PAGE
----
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My wife is frequently very busy with school, so I end up doing the cooking mostly. Problem is that I am the kind of guy who can lose weight very easily and my appetite usually scales with my activity level. As such, I believe I am overfeeding her because I am used to feeding myself and I eat more and heavier foods. I usually just eat meats, vegetables and fruit with limited grains.

We both commute to work on bike on a hilly 9.6 km (6 mile) round trip daily route and live a fairly active life outside of work. I am at 90kg with 12% body fat, and my wife is at 70kg at 23% bodyfat. My wife would like to drop to 17% bodyfat which would be a 4kg fat loss.

How I should adjust her portions and foods to help her make the weight loss she wants?

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  • "I usually just eat meats" what kind of meat? There's quite a difference between beef, pork and chicken and even then they're not all equal. Ground beef is no steak, for example, and then there's also the matter of how it's prepared (in butter/oil/etc.). – Mast Feb 28 '19 at 1:38
  • @Mast Chicken and bacon mostly, although I use the bacon as more of a spice. Sometimes ground beef or pork. I typically use olive oil or fat off the bacon. – aidan.plenert.macdonald Feb 28 '19 at 1:43
  • How do you use bacon as a spice? – Twyxz Feb 28 '19 at 8:34
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    @twxyz One strip of bacon for flavor is differnt than 10 strips as a main course – Christian Feb 28 '19 at 11:55
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How I should adjust her portions and foods to help her make the weight loss she wants?

4kg reduction just by changing diet is not easy and could take a long while. So for starters, cut your goal in half and see whether you're satisfied with the speed of progress after that. Keep that in mind.

Before taking a look at evening meals, make sure this isn't a matter of unhealthy snacking habits first. While snacking can in part be compensated by an active lifestyle, alcohol, candy bars and other chocolates can absolutely wreck a diet.

After that, start replacing fat meat for leaner food. Pork is notoriously bad for your diet and just by replacing that for chicken, especially chicken breast, you could make a start.

There's an even simpler approach you may have overlooked. Have you tried what happened if you simply put less food on her plate, in small steps at a time? Just, don't try to starve her. It's not constructive and school can take a lot of energy. That energy has to come from somewhere.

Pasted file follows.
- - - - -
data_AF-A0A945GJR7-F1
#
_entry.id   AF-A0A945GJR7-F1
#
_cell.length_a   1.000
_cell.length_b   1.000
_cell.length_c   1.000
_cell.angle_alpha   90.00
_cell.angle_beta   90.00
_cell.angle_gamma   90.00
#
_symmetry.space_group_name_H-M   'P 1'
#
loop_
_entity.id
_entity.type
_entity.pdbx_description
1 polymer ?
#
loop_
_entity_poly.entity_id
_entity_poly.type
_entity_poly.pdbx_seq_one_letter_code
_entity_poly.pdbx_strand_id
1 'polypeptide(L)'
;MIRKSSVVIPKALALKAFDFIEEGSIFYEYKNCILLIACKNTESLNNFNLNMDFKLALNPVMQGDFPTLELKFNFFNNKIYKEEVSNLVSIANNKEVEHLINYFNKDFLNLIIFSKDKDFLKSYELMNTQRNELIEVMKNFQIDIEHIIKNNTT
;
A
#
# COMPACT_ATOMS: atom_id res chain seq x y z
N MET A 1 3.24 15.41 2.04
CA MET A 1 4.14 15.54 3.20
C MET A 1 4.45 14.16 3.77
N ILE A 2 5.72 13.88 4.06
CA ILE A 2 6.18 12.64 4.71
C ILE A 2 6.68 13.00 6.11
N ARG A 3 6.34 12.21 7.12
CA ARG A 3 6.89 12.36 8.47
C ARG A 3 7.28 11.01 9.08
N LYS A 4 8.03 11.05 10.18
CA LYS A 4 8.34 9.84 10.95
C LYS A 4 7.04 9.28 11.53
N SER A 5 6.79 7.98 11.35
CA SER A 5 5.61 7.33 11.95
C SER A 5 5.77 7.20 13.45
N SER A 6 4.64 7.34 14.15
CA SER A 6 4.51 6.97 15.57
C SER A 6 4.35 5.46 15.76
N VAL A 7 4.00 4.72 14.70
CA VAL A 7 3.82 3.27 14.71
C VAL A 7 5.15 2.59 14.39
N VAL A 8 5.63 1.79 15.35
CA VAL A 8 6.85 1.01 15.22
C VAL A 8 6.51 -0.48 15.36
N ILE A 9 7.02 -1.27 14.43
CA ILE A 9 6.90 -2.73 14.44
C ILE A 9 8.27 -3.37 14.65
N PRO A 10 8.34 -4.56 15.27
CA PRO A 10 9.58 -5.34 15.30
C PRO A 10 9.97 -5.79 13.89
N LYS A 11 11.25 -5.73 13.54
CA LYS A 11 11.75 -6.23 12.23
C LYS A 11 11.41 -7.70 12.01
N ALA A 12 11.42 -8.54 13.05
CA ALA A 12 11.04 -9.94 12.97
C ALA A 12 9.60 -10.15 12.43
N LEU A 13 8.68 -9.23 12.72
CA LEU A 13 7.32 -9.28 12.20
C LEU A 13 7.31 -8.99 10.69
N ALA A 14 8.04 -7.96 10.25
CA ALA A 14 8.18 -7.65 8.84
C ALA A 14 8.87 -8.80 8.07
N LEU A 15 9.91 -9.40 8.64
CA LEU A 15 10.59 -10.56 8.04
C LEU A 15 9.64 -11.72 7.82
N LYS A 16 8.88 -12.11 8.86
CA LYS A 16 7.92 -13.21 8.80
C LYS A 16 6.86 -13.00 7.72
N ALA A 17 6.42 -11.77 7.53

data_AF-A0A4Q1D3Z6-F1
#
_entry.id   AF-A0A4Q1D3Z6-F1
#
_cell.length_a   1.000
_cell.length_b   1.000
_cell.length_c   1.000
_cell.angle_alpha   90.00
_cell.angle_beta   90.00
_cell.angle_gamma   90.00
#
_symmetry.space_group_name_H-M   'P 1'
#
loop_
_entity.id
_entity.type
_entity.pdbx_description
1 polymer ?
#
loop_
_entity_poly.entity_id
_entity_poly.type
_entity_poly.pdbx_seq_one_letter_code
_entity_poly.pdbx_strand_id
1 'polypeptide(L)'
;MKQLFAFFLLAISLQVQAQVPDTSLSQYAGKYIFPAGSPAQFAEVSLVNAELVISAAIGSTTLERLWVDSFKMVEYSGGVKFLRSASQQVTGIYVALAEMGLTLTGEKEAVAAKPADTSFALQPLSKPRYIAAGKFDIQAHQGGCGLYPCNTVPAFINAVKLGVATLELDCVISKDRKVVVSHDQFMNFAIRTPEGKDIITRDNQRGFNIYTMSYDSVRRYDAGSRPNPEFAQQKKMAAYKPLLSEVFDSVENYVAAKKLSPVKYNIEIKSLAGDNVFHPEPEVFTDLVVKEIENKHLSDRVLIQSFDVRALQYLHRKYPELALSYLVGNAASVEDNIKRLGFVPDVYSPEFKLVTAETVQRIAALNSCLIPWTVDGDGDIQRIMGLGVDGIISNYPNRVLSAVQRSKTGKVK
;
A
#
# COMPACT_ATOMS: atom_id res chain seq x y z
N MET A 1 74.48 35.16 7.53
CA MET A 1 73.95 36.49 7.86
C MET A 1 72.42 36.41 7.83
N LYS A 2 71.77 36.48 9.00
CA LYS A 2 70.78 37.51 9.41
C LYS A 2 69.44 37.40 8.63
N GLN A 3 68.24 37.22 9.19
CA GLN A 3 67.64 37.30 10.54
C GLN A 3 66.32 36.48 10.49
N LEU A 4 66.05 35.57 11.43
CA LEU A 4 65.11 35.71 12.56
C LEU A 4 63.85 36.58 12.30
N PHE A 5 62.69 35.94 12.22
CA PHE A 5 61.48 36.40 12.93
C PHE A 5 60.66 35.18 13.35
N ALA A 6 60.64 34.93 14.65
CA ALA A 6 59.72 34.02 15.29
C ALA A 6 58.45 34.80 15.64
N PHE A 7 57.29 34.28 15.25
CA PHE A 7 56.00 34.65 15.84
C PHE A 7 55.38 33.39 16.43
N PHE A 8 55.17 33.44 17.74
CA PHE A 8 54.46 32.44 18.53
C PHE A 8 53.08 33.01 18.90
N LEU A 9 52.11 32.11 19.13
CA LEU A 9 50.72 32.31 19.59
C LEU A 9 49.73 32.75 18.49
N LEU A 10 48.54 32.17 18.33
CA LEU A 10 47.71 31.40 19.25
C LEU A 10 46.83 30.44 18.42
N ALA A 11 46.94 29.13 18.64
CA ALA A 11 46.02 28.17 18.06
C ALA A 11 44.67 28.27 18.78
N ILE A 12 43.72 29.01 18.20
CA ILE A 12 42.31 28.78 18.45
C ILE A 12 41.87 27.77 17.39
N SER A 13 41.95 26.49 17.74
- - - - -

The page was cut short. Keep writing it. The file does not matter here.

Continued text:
At the end though, you appear to be mainly interested in bodyfat percentage. Exercising more (burning fat and acquiring muscle) does that quite well.

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no agitation, but integration

Congratulations for integrating physical activities in your daily life! In my opinion, this is one of the key factors for health and fitness. My (rhetorical) question would be: Is commuting by bike more than just a physical activity to both of you? Does it brings joy and do you feel better afterwards? If so, I would like to suggest to transfer this mindset when it comes to food. food brings joy, tastes good and nourishes us. It often brings people together at a table and nourishes them socially and mentally. When food is no theory but enjoyment, it can result in a more healthy eating habit. My personal explanation from random research over the years: hard feelings that result in feelings of hunger should not appear; the body takes what it needs eventually and you will eat more at the end when he does not get what he wants in the first place. (I will look for some studies and edit this answer as soon as I am succesful. Thanks for your patience.)

conscious eating: ask your body

We are all individuals with different bodies and different needs. What is good for one does not mean it is good for another. We have to ask our body what it needs in the current situation. Our body actually knows what we need and we need to hear and feel that. We need to trust him by that ;) However, this is not as simple as it sounds. Emotions (anger, fear, stress, lust (because the food looks/smells so good)) tend to express themselves in feelings of hunger. In these situations it is helpful to take a break, breathe and ask ourselves: Am I hungry? Really?

the handful method

I have recently seen an experiment where a couple is trying the handful method for some weeks. According to popular media, the method was created by Suzy Wengel. The whole concept is based on the idea that our hand size is linked to our height and build. The rules are simple: each meal is made up of up to four handfuls, one or two of vegetables, one of protein and one of starch/carbs or fruit. When the couple began to experiment, they thought that the portions were quite small, hers smaller than his. However, they experienced that the portions are actually sufficient to satisfy their hunger. If you search the web for "handful diet" you will find some more information as well as a book by Suzy Wengel.

I hope that these three rather soft factors will please your needs in terms of food. I am curious whether the handful method works for you :)

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